Get IOL's cool new iPad app...
Beijing - China is to revise its law on approving death penalties to prevent human rights violations and miscarriages of justice, state media reported on Wednesday.
Under the reforms, appeals against death sentences would have to be heard by China's high court. The court currently makes its decisions based solely on written reports.
Huang Songyou, vice president of the Supreme People's Court, said the changes to the procedure were on the books of the National People's Congress, China's legislature, Xinhua news agency said.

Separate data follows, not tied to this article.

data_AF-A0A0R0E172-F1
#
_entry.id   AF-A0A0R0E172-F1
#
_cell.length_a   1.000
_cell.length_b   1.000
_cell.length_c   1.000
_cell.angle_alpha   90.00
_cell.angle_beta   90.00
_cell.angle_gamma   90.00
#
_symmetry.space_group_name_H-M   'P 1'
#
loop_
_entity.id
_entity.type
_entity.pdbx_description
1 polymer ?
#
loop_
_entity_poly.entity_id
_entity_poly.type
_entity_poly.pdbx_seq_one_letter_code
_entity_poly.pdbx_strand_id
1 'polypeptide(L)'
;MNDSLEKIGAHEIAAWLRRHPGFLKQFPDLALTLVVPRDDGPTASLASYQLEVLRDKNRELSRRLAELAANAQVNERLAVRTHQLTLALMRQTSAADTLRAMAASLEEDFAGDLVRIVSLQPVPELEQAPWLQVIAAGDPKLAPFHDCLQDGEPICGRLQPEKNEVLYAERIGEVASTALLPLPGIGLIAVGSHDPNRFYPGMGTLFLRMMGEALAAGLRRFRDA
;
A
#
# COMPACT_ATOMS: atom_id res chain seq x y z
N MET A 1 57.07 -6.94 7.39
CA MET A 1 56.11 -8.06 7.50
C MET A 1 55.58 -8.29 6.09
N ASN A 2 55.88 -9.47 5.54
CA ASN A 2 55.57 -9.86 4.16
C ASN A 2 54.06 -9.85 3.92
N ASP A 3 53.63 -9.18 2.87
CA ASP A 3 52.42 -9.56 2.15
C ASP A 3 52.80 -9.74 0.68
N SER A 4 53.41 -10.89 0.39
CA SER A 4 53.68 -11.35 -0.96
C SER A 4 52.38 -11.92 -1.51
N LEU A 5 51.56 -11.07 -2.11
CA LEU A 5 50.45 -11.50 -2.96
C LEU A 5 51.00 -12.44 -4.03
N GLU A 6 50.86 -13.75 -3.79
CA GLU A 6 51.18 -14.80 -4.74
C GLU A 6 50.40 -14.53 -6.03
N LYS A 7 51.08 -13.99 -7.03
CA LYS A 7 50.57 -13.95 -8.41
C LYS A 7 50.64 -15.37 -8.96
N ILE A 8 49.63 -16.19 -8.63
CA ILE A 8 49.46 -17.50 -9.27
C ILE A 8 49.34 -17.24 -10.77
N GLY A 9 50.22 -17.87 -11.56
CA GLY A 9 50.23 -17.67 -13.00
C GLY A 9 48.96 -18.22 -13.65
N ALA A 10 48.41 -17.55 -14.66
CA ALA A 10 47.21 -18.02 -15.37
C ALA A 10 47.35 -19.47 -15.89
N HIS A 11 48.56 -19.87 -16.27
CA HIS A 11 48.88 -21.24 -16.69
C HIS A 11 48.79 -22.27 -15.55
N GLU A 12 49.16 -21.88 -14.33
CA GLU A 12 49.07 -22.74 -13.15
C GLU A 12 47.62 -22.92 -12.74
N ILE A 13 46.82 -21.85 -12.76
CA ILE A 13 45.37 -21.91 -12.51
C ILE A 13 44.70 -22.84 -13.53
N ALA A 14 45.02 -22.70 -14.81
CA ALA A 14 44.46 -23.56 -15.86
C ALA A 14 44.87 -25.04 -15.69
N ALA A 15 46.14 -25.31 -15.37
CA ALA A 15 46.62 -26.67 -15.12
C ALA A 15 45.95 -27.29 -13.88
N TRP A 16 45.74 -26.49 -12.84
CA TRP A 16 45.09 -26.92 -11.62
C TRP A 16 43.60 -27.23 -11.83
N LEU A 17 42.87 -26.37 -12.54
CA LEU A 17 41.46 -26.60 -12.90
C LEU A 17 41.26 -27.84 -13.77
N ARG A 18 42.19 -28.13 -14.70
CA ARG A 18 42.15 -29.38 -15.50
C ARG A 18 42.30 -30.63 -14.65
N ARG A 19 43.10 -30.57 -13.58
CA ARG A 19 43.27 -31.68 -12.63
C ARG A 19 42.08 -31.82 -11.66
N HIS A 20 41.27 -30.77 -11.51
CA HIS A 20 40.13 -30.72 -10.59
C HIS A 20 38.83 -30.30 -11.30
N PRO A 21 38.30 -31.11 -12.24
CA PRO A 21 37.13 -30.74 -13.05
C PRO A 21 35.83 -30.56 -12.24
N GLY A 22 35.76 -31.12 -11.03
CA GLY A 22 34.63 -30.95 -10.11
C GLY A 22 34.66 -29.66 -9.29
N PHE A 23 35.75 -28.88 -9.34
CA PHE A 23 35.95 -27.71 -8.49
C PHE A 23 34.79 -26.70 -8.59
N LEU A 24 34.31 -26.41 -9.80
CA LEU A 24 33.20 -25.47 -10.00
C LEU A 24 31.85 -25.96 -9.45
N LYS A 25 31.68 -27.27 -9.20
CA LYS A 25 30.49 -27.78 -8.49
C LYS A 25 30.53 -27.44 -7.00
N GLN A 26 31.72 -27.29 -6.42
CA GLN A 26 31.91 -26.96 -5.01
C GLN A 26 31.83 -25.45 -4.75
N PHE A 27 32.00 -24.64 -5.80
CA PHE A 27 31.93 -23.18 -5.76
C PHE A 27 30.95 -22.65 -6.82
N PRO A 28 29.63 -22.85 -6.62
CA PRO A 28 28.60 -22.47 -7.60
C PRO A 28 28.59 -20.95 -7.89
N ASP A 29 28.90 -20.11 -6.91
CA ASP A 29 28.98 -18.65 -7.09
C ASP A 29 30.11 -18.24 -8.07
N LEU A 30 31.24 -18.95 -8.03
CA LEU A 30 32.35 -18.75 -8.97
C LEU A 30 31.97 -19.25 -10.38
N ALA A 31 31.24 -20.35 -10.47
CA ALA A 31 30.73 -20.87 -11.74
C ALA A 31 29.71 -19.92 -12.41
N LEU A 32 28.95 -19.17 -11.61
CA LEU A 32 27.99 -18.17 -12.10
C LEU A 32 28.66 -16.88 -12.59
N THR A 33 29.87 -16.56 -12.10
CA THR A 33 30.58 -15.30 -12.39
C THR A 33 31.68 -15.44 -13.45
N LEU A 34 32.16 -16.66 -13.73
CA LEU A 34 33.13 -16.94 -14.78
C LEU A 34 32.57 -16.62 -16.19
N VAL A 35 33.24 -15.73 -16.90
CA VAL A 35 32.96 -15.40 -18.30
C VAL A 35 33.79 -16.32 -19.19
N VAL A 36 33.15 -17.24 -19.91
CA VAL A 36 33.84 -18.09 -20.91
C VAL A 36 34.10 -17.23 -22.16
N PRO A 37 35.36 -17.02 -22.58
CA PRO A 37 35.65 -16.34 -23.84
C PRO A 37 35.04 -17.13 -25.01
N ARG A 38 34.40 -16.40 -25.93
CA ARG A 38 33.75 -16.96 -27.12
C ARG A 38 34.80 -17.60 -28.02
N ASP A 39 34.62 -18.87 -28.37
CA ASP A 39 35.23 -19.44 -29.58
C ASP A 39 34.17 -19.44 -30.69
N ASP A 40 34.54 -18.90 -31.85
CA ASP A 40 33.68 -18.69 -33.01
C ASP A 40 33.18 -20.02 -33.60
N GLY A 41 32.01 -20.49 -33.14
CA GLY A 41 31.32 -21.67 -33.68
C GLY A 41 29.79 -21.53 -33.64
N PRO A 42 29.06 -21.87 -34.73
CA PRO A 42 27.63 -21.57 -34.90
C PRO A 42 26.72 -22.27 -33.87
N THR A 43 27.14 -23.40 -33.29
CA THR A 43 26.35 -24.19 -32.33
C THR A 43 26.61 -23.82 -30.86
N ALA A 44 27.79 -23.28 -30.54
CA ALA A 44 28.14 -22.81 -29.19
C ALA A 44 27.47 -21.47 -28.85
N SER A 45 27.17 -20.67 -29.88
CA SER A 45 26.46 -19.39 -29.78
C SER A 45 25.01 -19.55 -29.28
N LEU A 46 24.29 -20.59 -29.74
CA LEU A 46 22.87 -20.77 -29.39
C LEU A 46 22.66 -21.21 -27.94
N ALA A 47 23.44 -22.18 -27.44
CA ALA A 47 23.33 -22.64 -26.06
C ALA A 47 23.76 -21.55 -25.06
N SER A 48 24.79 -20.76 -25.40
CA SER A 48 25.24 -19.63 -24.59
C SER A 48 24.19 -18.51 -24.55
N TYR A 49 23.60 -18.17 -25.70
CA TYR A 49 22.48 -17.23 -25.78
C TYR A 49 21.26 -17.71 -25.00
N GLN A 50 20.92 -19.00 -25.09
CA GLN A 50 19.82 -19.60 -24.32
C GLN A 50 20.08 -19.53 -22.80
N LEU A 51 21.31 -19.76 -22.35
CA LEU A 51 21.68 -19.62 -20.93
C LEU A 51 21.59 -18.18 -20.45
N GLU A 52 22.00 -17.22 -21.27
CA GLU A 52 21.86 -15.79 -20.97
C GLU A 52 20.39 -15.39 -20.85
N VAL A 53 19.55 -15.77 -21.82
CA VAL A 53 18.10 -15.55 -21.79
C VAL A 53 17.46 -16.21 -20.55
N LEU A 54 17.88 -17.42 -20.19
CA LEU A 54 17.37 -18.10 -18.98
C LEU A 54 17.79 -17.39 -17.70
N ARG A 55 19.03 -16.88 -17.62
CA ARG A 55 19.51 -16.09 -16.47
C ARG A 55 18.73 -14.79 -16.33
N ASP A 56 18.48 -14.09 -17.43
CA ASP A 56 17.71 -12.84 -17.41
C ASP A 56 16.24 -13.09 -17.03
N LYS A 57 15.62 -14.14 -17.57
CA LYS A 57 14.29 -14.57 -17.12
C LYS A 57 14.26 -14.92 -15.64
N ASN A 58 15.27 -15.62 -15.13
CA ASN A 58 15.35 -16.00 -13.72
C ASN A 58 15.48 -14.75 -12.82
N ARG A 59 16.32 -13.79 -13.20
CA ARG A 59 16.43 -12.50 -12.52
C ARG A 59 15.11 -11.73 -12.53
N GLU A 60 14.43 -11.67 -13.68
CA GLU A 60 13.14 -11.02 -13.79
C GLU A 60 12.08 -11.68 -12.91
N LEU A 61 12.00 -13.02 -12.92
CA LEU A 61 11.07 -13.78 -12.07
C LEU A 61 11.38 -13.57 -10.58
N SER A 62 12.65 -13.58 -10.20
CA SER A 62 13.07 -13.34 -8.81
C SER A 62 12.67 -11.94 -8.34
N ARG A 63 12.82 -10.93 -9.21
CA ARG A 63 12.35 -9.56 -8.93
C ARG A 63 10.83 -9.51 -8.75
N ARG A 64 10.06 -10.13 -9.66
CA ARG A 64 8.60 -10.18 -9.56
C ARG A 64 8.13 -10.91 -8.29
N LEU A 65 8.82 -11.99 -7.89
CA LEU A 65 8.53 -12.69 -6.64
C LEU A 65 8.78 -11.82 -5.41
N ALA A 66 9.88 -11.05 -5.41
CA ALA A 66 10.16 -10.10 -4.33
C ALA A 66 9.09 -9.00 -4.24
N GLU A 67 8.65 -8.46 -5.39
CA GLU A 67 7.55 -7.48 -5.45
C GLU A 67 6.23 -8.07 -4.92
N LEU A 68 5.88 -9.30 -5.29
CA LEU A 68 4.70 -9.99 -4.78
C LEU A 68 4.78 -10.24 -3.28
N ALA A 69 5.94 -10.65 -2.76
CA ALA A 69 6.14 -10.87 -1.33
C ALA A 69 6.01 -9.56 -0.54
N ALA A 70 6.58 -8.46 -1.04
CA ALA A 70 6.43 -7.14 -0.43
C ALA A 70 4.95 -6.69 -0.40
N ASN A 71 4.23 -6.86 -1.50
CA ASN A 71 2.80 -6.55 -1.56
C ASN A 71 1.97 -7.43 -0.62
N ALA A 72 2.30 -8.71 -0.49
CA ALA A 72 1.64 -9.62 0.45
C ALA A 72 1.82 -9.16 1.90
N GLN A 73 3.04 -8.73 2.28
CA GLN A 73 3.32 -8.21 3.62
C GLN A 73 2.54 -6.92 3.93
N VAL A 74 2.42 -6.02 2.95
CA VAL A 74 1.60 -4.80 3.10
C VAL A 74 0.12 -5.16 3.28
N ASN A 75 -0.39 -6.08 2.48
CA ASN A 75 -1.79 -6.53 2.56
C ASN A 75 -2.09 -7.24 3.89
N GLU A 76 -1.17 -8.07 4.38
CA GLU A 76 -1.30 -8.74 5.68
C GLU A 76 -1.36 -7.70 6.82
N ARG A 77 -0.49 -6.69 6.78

"China needs to revise the law on a large scale again, because it has signed the International Covenant on Economic, Social and Political Rights since 1996 and has enshrined a human rights clause into the constitution," Xinhua quoted Huang as saying.
Current laws dictate that all death penalty cases are submitted to China's high court for review and approval, but the court makes its decisions based on written reports instead of hearing the cases.
China executes about 10 000 convicted criminals every year, according to Chinese academics, five times more than all the death penalty cases from other nations combined.
China refused to publicise the exact number executed and regards the judicial killings as a tightly guarded state secret.
Amnesty International has called for a moratorium on the death penalty in China, saying the country's dysfunctional criminal justice system meant many innocent people were being executed. - Sapa-AFP